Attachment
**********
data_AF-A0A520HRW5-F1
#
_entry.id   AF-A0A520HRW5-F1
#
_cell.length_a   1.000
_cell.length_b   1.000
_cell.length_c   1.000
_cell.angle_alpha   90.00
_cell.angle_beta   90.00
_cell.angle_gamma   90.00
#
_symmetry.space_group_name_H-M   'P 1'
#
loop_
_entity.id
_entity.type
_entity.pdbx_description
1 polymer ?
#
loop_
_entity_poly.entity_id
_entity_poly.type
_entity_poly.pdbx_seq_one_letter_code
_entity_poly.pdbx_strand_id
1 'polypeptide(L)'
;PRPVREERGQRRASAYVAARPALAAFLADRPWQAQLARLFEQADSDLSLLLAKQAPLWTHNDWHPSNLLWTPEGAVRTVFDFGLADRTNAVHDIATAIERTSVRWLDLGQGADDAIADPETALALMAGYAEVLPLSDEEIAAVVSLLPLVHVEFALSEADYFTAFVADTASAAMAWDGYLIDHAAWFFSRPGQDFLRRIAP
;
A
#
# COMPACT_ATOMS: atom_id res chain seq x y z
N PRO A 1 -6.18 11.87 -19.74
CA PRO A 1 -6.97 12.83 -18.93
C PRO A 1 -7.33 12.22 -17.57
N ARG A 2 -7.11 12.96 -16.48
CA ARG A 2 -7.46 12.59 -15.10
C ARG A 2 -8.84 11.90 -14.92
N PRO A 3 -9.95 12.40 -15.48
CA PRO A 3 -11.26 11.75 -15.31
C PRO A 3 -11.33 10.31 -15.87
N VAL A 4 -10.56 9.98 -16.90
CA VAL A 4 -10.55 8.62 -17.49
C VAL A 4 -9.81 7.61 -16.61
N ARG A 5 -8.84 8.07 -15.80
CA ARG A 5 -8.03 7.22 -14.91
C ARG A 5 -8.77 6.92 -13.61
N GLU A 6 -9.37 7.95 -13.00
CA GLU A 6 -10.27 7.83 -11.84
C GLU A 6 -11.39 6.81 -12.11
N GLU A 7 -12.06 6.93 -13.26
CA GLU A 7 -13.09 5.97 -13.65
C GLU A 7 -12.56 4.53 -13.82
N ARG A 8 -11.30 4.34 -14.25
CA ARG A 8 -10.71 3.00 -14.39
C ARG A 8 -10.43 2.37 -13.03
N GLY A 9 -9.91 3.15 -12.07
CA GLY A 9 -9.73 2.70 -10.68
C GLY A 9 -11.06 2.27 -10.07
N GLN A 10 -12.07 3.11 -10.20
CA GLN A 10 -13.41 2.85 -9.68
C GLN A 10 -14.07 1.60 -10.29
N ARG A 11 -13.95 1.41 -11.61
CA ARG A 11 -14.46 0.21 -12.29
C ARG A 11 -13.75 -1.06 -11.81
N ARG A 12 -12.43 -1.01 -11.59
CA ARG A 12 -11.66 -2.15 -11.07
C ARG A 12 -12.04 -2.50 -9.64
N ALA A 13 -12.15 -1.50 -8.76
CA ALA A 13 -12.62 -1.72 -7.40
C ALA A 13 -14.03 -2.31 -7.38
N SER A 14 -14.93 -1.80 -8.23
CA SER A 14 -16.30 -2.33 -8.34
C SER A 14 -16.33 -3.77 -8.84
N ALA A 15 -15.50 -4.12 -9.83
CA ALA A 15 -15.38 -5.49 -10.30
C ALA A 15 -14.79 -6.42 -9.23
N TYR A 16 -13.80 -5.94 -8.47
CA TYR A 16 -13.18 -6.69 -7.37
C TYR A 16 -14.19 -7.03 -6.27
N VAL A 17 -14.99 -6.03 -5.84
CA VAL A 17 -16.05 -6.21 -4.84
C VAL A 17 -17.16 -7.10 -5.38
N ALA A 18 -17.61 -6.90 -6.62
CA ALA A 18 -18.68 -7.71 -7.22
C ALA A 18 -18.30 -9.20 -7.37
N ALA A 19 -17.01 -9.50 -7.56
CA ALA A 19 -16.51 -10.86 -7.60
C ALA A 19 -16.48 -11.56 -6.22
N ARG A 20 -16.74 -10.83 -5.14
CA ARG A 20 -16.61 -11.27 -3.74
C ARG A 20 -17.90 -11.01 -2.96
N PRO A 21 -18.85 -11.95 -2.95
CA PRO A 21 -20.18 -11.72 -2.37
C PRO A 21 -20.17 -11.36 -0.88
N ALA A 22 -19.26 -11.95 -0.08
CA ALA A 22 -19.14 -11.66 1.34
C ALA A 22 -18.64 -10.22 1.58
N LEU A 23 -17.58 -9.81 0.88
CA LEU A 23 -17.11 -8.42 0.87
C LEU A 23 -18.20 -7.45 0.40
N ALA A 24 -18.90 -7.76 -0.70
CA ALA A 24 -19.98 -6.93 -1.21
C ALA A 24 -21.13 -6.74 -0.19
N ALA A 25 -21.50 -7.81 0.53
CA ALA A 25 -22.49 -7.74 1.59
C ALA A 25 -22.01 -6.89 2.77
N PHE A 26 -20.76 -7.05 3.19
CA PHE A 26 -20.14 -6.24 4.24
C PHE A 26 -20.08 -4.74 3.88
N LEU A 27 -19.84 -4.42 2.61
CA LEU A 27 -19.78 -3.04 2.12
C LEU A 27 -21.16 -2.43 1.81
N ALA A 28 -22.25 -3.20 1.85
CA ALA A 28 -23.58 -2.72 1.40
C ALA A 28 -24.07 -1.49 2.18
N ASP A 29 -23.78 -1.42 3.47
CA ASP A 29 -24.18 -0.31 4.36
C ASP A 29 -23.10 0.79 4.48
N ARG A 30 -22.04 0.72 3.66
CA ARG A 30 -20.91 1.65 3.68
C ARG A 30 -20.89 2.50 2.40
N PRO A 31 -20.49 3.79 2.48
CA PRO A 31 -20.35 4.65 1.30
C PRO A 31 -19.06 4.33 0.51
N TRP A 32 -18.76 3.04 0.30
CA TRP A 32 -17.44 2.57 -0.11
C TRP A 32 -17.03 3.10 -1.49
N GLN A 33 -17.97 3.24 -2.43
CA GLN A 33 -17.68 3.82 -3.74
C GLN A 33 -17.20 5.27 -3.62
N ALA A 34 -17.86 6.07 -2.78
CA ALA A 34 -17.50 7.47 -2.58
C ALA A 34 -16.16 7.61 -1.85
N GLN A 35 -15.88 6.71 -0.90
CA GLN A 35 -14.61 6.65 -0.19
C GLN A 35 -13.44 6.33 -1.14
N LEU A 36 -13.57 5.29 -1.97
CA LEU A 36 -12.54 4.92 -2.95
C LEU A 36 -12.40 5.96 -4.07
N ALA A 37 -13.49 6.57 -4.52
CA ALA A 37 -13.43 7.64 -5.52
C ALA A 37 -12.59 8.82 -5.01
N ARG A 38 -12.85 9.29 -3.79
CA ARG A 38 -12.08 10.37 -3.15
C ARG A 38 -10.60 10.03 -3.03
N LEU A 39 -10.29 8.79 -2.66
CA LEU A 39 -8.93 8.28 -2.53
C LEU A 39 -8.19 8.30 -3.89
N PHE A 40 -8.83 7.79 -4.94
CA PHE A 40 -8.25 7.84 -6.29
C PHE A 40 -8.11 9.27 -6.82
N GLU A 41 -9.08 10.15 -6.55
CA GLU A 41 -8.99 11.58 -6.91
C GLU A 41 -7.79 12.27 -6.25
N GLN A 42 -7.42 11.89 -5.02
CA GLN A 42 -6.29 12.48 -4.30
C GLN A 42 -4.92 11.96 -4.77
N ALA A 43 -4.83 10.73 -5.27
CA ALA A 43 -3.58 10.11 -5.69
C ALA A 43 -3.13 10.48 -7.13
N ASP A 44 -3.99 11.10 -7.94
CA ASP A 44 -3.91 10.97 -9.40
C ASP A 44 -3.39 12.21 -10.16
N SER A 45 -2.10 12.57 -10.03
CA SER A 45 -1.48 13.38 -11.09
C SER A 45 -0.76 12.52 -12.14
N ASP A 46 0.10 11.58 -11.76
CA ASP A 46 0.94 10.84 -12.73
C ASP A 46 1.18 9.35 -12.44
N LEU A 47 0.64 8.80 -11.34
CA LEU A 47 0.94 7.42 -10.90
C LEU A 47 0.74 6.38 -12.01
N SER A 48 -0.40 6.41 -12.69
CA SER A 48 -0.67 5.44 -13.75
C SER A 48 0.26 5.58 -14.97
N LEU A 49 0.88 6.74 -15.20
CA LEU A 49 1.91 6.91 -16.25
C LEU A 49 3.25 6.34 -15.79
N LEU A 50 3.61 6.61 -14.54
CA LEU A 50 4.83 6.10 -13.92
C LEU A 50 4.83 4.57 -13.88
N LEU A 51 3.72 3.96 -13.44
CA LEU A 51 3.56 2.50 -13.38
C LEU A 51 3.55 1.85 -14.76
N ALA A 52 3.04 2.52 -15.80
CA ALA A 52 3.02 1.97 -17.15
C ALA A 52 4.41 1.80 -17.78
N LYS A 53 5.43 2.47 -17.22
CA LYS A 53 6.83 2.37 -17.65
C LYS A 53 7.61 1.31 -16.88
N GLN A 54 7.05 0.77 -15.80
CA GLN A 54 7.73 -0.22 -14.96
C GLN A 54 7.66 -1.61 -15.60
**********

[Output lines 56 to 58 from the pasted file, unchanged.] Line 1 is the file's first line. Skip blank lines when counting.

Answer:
CA GLY A 9 -9.73 2.70 -10.68
C GLY A 9 -11.06 2.27 -10.07
N GLN A 10 -12.07 3.11 -10.20